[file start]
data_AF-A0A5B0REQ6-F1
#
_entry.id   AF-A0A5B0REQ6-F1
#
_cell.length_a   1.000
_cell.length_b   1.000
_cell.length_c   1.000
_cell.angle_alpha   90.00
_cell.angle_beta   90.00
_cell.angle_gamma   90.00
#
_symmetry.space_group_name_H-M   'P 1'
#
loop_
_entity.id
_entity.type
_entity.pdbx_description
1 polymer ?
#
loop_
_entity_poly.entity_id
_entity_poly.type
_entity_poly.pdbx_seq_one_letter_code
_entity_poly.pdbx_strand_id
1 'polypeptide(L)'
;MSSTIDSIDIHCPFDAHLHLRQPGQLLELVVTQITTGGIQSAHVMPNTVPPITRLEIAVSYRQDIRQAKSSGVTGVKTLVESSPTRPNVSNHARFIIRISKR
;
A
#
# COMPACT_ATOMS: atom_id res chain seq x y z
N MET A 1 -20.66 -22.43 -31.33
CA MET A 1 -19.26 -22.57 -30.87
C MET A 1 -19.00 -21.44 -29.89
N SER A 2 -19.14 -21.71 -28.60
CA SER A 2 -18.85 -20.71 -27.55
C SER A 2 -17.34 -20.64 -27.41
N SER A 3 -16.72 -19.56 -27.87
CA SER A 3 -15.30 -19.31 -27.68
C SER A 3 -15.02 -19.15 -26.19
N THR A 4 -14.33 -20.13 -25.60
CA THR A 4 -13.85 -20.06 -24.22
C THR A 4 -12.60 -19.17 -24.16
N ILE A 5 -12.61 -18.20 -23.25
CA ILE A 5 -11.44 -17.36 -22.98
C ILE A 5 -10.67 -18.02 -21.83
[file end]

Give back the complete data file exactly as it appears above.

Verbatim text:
data_AF-A0A5B0REQ6-F1
#
_entry.id   AF-A0A5B0REQ6-F1
#
_cell.length_a   1.000
_cell.length_b   1.000
_cell.length_c   1.000
_cell.angle_alpha   90.00
_cell.angle_beta   90.00
_cell.angle_gamma   90.00
#
_symmetry.space_group_name_H-M   'P 1'
#
loop_
_entity.id
_entity.type
_entity.pdbx_description
1 polymer ?
#
loop_
_entity_poly.entity_id
_entity_poly.type
_entity_poly.pdbx_seq_one_letter_code
_entity_poly.pdbx_strand_id
1 'polypeptide(L)'
;MSSTIDSIDIHCPFDAHLHLRQPGQLLELVVTQITTGGIQSAHVMPNTVPPITRLEIAVSYRQDIRQAKSSGVTGVKTLVESSPTRPNVSNHARFIIRISKR
;
A
#
# COMPACT_ATOMS: atom_id res chain seq x y z
N MET A 1 -20.66 -22.43 -31.33
CA MET A 1 -19.26 -22.57 -30.87
C MET A 1 -19.00 -21.44 -29.89
N SER A 2 -19.14 -21.71 -28.60
CA SER A 2 -18.85 -20.71 -27.55
C SER A 2 -17.34 -20.64 -27.41
N SER A 3 -16.72 -19.56 -27.87
CA SER A 3 -15.30 -19.31 -27.68
C SER A 3 -15.02 -19.15 -26.19
N THR A 4 -14.33 -20.13 -25.60
CA THR A 4 -13.85 -20.06 -24.22
C THR A 4 -12.60 -19.17 -24.16
N ILE A 5 -12.61 -18.20 -23.25
CA ILE A 5 -11.44 -17.36 -22.98
C ILE A 5 -10.67 -18.02 -21.83